On June 8, 2007, Judge Kent, pursuant to his own request, was interviewed by the Special Investigative Committee of that circuit. They sought to learn from Judge Kent whether he had engaged in unwanted sexual contact with Ms. McBroom or others. During the interview, Judge Kent made material false statements about the extent of his nonconsensual contact with Ms. McBroom. He was also questioned about another female employee in the courthouse, his secretary Donna Wilkerson, and told the investigative committee that once Ms. Wilkerson informed him that his advances were unwelcome, no further sexual contact had occurred, when, in fact, he continued his nonconsensual sexual contacts with both Ms. McBroom and Ms. Wilkerson.
The Department of Justice commenced a criminal investigation relating to Judge Kent's conduct as well. In November 2007, Judge Kent asked for and was granted an interview with the FBI. During the voluntary interview that he had requested, he was asked about his alleged conduct and repeated the same material false statements he had made to the Fifth Circuit.
In August of 2008, Judge Kent, through his attorney, asked for a meeting at the Department of Justice. And at this meeting he sat down with his attorney, an FBI agent, and representatives of the Department of Justice, and again Judge Kent made material false statements about the nature and extent of his nonconsensual sexual contact with Ms. McBroom and Ms. Wilkerson.
Intimidated by Judge Kent and worried about losing her job, Ms. Wilkerson was not initially candid with investigators and law enforcement when questioned about Judge Kent's conduct towards her. In fact, it was not until her third grand jury appearance that Ms. Wilkerson was willing to reveal the full extent of sexual assault she endured from Judge Kent.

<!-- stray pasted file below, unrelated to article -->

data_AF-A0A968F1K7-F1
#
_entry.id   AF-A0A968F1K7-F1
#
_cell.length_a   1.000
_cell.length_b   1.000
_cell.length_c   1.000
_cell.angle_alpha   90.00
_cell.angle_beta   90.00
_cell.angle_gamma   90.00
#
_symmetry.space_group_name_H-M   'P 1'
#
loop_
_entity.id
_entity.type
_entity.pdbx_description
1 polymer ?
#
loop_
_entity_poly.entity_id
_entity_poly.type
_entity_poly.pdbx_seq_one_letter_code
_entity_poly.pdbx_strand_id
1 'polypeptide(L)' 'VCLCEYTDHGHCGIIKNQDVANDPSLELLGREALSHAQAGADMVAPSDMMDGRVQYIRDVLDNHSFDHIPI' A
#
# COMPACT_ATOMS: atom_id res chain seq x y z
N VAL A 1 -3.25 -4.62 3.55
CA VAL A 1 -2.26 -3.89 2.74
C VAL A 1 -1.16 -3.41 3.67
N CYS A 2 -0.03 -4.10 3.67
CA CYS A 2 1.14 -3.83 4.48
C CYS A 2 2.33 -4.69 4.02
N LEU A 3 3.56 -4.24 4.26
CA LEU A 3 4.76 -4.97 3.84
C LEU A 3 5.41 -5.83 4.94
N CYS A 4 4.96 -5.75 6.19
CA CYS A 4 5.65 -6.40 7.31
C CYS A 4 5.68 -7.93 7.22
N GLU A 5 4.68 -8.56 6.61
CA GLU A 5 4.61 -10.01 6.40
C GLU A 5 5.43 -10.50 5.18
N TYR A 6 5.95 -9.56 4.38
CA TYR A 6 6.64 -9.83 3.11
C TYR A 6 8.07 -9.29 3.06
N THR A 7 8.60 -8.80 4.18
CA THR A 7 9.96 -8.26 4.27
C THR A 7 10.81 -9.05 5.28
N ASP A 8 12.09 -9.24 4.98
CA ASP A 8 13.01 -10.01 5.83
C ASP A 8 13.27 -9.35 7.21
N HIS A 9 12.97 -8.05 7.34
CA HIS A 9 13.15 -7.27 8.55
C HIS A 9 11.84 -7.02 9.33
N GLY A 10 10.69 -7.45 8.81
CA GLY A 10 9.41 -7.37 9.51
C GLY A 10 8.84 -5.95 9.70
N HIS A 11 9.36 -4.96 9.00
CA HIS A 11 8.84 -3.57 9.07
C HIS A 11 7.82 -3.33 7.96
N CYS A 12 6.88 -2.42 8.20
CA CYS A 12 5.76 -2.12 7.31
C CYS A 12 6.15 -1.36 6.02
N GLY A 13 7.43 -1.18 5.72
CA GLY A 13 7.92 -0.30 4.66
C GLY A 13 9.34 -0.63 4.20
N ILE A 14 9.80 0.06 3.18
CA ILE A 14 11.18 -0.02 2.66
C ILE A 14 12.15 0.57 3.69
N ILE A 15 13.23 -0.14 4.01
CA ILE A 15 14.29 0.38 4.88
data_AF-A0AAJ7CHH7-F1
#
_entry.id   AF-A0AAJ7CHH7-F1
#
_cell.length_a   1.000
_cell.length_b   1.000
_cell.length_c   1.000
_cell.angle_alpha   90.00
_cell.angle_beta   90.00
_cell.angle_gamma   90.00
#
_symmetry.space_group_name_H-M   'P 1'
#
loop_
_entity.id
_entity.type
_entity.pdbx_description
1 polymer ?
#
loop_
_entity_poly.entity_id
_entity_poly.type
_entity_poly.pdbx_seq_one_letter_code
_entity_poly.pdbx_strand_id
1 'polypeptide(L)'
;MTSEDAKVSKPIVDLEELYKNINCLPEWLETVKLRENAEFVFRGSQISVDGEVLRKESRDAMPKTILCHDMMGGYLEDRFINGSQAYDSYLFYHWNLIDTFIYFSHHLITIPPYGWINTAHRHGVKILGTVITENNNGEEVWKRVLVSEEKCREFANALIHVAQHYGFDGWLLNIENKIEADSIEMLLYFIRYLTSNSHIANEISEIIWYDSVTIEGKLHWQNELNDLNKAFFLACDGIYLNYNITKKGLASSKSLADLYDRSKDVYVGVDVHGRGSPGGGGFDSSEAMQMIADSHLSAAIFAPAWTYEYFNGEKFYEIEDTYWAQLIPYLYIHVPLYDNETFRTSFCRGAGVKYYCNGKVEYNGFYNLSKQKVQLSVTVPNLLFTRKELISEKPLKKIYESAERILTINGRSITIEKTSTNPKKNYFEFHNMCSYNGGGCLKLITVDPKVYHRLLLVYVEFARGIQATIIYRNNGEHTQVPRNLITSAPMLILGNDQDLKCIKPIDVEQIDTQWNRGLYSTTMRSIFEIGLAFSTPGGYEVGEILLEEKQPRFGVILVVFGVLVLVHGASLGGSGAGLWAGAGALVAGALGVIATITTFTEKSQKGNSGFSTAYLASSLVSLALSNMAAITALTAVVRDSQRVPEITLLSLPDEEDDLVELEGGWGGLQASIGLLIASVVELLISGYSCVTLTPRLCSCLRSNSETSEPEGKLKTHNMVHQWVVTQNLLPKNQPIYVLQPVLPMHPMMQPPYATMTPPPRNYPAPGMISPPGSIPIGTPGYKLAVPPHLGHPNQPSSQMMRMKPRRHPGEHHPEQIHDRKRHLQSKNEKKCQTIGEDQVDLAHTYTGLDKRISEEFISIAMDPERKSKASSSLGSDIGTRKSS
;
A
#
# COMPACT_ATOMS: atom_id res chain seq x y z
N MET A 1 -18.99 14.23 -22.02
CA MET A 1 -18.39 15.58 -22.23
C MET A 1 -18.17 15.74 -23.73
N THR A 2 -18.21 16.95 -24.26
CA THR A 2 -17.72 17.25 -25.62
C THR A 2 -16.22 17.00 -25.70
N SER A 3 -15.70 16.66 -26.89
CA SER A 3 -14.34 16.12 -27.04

On August 28, a Federal grand jury returned a multi-count indictment against Judge Kent, and on January 6 the grand jury issued a superseding indictment against Judge Kent alleging counts of aggravated sexual abuse as well as obstruction of justice and abusive sexual contact.
On February 23, the day his criminal trial was set to begin, Judge Kent pled guilty to obstruction of justice. Pursuant to the plea agreement, Judge Kent knowingly, voluntarily, and truthfully admitted having nonconsensual sexual contact with both women and obstructing justice in his testimony before the Fifth Circuit investigative committee.
On May 11, Judge Kent was sentenced to a term of 33 months in prison and ordered to pay fines and restitution. Judge Kent began his term of incarceration on June 15, this past Monday.
The day after sentencing, the House of Representatives directed the Judiciary Committee Impeachment Task Force to inquire whether Judge Kent should be impeached, and the task force held an evidentiary hearing on June 3, receiving testimony from Ms. McBroom and Ms. Wilkerson as well as Professor Arthur Hellman, a judicial impeachment scholar. Professor Hellman provided expert testimony that concluded that making false statements to fellow judges, as well as abusing his power as a Federal judge to sexually assault women, were independent grounds that would justify and warrant Judge Kent's impeachment and removal from office.